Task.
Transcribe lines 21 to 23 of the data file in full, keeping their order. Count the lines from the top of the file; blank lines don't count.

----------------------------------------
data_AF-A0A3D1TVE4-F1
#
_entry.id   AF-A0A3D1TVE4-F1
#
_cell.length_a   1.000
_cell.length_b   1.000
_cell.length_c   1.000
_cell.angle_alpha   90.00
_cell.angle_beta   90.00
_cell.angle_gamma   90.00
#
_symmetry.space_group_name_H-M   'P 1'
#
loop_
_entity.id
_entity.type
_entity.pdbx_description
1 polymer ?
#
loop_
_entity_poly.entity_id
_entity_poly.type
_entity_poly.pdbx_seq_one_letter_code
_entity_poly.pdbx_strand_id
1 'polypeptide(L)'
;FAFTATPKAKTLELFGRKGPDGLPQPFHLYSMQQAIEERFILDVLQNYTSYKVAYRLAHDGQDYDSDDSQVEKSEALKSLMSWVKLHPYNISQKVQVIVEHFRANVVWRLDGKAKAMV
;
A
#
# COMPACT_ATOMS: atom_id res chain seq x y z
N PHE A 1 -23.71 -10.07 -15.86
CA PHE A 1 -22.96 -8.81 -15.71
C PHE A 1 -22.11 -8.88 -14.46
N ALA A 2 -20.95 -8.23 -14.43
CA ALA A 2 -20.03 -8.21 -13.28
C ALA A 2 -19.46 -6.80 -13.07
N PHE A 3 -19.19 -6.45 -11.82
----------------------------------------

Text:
_entity_poly.entity_id
_entity_poly.type
_entity_poly.pdbx_seq_one_letter_code